It is a project arguably only matched in ambition by attempting to read the notoriously challenging novel – celebrating James Joyce’s Ulysses in an epic cultural programme spanning three years and 18 European cities.
ULYSSES European Odyssey, which runs until June 2024, stretches across cities from Athens to Zürich, taking in the likes of Berlin, Dublin and Marseille, marking last year’s 100th anniversary of the book, celebrating the modern city and highlighting the relevance of Joyce’s work.
It will also tackle the many challenges Europe faces, from the ongoing impact of the Covid pandemic to migration and the environment. Joyce wrote the novel across the continent at a time of dramatic upheaval and change, including the first world war and Spanish Flu epidemic.
“It’s probably a cliché to say that great art is timeless, but it’s also true, I think, to say that different generations engage in very different ways with great work,” says Liam Browne from the project’s lead partner ARTS OVER BORDERS Ireland. “And when it came to this project, we didn’t want to just mark the fact that Ulysses was 100 years old, we wanted to find a way to engage with contemporary Europe.”
Projects ongoing and happening later this year are indicative of the multidisciplinary nature of the programme and the diverseness of challenges tackled. In Istanbul until August Togetherness, which includes film events, street art and debates, focuses on LGBTIQA issues (in an event planned long before Recep Tayyip Erdoğan used his successful reelection campaign to vilify gay and trans people). In Vilnius until September three emerging artists are creating public art works exploring the Lithuanian capital’s Vilnelė river as a metaphor for the city in perpetual change and “a connector of different scenarios of future development of neighbourhoods”. Both are linked to episodes within Joyce’s book.
Browne’s colleague, Séan Doran, said they fixed on the pan-European nation of Ulysses when they set to work deciding how to tackle its centenary.
“Of course, in Ireland we knew it would be joyously,” he says. “However, we also knew how European this novel was and without Europe, inspirationally and literally, the novel wouldn’t be the novel as we know it today. Joyce gave it a subheading that many of us are not aware of – a tale of two races, the Irish and the Jews. His lead character, Leopold Bloom, was of Hungarian Jewish ancestry, Molly Bloom was born in Gibraltar.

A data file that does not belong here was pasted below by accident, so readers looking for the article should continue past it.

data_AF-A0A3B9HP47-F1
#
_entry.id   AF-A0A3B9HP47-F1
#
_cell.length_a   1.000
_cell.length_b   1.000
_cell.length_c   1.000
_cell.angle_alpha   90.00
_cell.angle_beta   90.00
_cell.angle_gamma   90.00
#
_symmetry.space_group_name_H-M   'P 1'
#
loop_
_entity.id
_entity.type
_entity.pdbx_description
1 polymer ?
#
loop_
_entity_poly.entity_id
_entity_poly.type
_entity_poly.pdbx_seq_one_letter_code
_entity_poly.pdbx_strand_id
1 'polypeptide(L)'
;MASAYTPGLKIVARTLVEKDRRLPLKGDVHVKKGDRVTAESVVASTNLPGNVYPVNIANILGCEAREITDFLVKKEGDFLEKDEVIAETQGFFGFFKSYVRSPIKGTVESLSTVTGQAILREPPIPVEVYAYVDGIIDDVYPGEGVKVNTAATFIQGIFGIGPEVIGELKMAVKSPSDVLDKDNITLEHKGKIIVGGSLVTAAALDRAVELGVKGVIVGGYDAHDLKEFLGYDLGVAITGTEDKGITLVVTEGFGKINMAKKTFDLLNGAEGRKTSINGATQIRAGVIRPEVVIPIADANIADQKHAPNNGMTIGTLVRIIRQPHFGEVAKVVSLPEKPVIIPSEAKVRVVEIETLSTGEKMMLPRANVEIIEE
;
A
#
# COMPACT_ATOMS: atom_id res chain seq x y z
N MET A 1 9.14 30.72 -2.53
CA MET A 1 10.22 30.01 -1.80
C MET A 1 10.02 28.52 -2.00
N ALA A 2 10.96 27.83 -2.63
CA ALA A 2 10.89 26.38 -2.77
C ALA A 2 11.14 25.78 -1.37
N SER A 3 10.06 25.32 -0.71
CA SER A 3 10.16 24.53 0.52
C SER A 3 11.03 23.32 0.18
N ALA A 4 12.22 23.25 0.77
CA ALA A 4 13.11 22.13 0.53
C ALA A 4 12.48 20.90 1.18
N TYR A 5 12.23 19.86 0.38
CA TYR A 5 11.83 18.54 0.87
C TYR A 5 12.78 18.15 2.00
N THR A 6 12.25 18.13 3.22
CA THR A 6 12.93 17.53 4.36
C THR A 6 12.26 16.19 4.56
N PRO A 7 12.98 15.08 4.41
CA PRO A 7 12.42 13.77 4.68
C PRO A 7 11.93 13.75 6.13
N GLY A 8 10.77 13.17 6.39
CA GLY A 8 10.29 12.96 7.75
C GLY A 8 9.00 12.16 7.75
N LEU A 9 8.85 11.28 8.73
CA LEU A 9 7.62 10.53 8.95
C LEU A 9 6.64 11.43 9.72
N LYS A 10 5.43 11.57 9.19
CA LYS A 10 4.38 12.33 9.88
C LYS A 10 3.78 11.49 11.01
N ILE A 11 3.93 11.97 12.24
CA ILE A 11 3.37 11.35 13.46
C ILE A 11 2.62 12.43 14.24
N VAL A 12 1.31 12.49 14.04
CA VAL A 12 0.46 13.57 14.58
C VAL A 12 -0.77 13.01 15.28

“We also noted, though, usually the last words are ‘yes I said yes I will Yes’. But technically the last three words of the novel are three cities. Joyce put this in quite purposely: Trieste, Zürich, Paris, because that’s where he wrote the novel, between 1914 and 1922, about a city, Dublin.” Joyce lived and wrote in the Italian city from 1914 to 1915 and 1919, Zürich from 1915 to 1919 and the French capital from 1920 to 1922.
The epic three-year nature of the programme, Doran says, came because they viewed 2022 “not as an arrival point, as most anniversaries do, but as a departure point”.
Some cities chose themselves – Athens for the novel’s Homeric allusions, Copenhagen for Hamlet, the provenance of which Stephen argues about in the novel, Istanbul as Bosphorus is mentioned in Homer’s Odyssey as the location for the Wandering Rocks (Ulysses’ 10th episode). Others are slightly more tangential: Lugo, in Galicia, was chosen largely because it struck organisers Leopold Bloom’s famous gorgonzola cheese sandwich and glass of burgundy was essentially tapas. “We thought, we’ve got to get it over to Spain,” says Doran.
With the public events, there was only one stipulation for local organisers – “they had the artistic authority and freedom entirely for their own project, but they had to use public spaces,” says Doran. “Because this is what Joyce always did in the novel. In the library in episode nine, the cemetery in episode six, the hospital in episode 14 and so on.”
We are speaking in London, which Brexit means isn’t involved, despite the fact that Joyce remained officially British until his death in 1941 (the project is funded through an award from the European Commission’s Creative Europe Fund; Derry is involved through a link-up with Donegal).
“Well, I’d probably skirt around it,” Doran says, asked about Brexit’s impact. The succinctness is most un-Joycean.
ULYSSES European Odyssey takes place until June 2024. For more information go to ulysseseurope.eu